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Author Topic: Leveling valve leveling system and leveling valve question  (Read 659 times)
Lin
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« on: October 23, 2012, 03:04:52 PM »

I am beginning to install a leveling system similar to what Bob G. has described using cables and the existing leveling valves.  I went to install it on the front first to see if it would work as I have planned.  I tried to test how much range up/down it would give me, so I pushed the valve lever all the way up, measured, and then pulled it all the way down.  When the valve lever is pulled down, the exhaust hisses and some air comes out, but the bus does not lower at all.  It actually seemed to go up another 1/4" or so.  It therefore seems the the leveling valve is bad.  It always worked to raised the bus and would leak down in about a day, but I never did have cause to see if it lowered the bus.  Anyway, am I right is assuming that I should just replace it and not mess with trying to clean it out?  It appears that my front valve has the same orientation as the right rear.  Is it the same part or are fronts somehow different?
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robertglines1
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« Reply #1 on: October 23, 2012, 03:46:30 PM »

I just replaced mine and all three were the same.  Bob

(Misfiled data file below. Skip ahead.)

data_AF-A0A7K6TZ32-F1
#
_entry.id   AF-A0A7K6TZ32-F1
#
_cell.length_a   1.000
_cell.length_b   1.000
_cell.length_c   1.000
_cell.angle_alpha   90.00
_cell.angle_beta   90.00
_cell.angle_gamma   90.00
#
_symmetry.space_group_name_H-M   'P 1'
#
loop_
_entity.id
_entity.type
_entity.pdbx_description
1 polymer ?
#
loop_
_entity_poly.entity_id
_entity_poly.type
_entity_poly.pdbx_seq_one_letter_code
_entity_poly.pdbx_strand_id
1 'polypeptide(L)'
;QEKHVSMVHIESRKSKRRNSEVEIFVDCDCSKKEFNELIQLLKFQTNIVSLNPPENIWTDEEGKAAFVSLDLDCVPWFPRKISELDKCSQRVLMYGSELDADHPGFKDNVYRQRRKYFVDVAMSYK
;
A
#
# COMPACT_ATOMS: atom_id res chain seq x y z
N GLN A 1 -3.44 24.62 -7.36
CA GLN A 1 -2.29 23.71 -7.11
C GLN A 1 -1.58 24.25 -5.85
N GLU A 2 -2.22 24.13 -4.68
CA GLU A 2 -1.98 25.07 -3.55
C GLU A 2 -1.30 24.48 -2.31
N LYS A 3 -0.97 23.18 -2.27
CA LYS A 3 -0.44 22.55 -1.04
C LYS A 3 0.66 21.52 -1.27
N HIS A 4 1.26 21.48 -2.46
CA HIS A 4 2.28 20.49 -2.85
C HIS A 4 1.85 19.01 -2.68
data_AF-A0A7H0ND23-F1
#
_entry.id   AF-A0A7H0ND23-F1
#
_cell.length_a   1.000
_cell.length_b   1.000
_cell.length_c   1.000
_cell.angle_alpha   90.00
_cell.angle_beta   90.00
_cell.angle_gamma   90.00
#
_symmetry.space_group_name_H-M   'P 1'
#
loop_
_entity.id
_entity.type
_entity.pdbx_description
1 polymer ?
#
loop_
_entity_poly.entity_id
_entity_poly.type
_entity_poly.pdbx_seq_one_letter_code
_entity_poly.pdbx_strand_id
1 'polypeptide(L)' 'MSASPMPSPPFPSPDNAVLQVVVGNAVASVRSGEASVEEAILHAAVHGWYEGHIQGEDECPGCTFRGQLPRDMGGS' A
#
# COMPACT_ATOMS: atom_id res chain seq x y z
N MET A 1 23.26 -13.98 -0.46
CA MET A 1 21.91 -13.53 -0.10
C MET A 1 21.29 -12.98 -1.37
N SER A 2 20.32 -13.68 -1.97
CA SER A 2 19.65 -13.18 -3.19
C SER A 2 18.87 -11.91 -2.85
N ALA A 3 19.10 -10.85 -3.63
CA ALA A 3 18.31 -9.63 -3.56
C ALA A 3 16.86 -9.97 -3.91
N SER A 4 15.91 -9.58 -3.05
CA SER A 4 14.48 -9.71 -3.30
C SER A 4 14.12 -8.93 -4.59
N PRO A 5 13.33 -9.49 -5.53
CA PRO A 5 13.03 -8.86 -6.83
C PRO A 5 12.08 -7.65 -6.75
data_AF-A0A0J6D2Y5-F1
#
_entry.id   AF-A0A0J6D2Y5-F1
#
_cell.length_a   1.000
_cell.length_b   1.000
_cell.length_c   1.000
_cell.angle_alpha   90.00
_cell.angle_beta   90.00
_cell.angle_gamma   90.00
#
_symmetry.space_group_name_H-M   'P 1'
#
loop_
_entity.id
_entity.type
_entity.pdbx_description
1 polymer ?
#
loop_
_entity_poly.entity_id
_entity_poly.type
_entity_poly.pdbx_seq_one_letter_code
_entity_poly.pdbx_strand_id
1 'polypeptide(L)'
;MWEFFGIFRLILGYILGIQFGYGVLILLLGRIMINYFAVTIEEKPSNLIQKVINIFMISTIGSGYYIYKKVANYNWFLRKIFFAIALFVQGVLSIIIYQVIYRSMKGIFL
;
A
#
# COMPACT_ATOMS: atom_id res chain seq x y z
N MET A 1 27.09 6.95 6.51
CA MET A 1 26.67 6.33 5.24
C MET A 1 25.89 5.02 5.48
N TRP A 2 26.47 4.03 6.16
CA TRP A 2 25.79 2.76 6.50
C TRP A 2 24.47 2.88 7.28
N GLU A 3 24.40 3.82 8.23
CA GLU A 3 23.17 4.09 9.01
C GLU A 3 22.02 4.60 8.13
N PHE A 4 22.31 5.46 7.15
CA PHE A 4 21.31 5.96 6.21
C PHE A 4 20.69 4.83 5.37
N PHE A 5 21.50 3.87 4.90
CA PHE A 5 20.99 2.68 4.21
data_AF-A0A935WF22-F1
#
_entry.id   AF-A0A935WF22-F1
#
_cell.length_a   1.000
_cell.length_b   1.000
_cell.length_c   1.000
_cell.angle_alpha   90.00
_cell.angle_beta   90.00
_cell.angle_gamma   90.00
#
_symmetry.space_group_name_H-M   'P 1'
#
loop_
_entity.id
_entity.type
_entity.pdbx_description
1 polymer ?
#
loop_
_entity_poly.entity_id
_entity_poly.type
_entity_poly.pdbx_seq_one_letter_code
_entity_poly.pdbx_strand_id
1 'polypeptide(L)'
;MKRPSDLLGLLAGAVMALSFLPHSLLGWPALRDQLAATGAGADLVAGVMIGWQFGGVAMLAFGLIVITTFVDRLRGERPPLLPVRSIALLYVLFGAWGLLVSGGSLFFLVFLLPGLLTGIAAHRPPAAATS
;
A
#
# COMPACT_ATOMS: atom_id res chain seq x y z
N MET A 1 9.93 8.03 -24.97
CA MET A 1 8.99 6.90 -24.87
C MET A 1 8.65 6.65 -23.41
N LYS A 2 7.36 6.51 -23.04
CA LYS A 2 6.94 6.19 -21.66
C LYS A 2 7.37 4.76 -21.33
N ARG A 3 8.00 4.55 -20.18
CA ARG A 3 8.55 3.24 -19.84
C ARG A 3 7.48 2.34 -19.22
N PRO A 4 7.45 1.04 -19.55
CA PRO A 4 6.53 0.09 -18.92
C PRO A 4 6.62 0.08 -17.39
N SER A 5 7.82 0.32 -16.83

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Bob@Judy  98 XLE prevost with 3 slides --Home done---last one! SW INdiana
Lin
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« Reply #2 on: October 23, 2012, 03:55:11 PM »

My rear ones might be the same if the lever is reversible.  The front, which has the lever extended like my rear right is not reversible.  Must be much older.
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Don4107
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« Reply #3 on: October 23, 2012, 08:59:37 PM »

The leveling valves have built in delays so that they don't try to level on every little bump.  It takes some time for them to react.  How long did you wait?

Our new to us 5B has a very simple leveling system.  You open the little door that was the rest room service access and now there are two valves, left and right.  They are plumbed between the leveling valves and the air bags.  There is no adjustable leveling for the front axle.  I may add a similar system to lower it for easier access to the first step.

There are three positions.  1. Normal  2. Lower 3. Hold.
Normal lets the leveling valves work normally.  Lower exhausts air and lowers that side.  Hold blocks the line so leveling valves can't work. They hold air for a long time this way.

Even with these valves exhausting what sounds like a lot of air, it take a fair amount of time to lower that side.
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Don 4107 Eastern Washington
1975 MCI 5B
1966 GM PD 4107 for sale
1968 GMC Carpenter
Lin
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« Reply #4 on: October 23, 2012, 10:25:07 PM »

I know about the delay, but this one does not exhaust at all.  I left it for an hour before I loosened the air bag supply line to let it drain.  I still wanted to see how much range there would be between full inflation and when it hit the stops.  There is only about 5 inches, which is not too much.  Considering it would normally be in a middle position, this would mean the front would only drop 2-3 inches.  Assuming the back would be the same and I could raise it 3" above normal, it would be a total of close to six inches of adjustment.  That would cover most situations, but I would still carry blocks.
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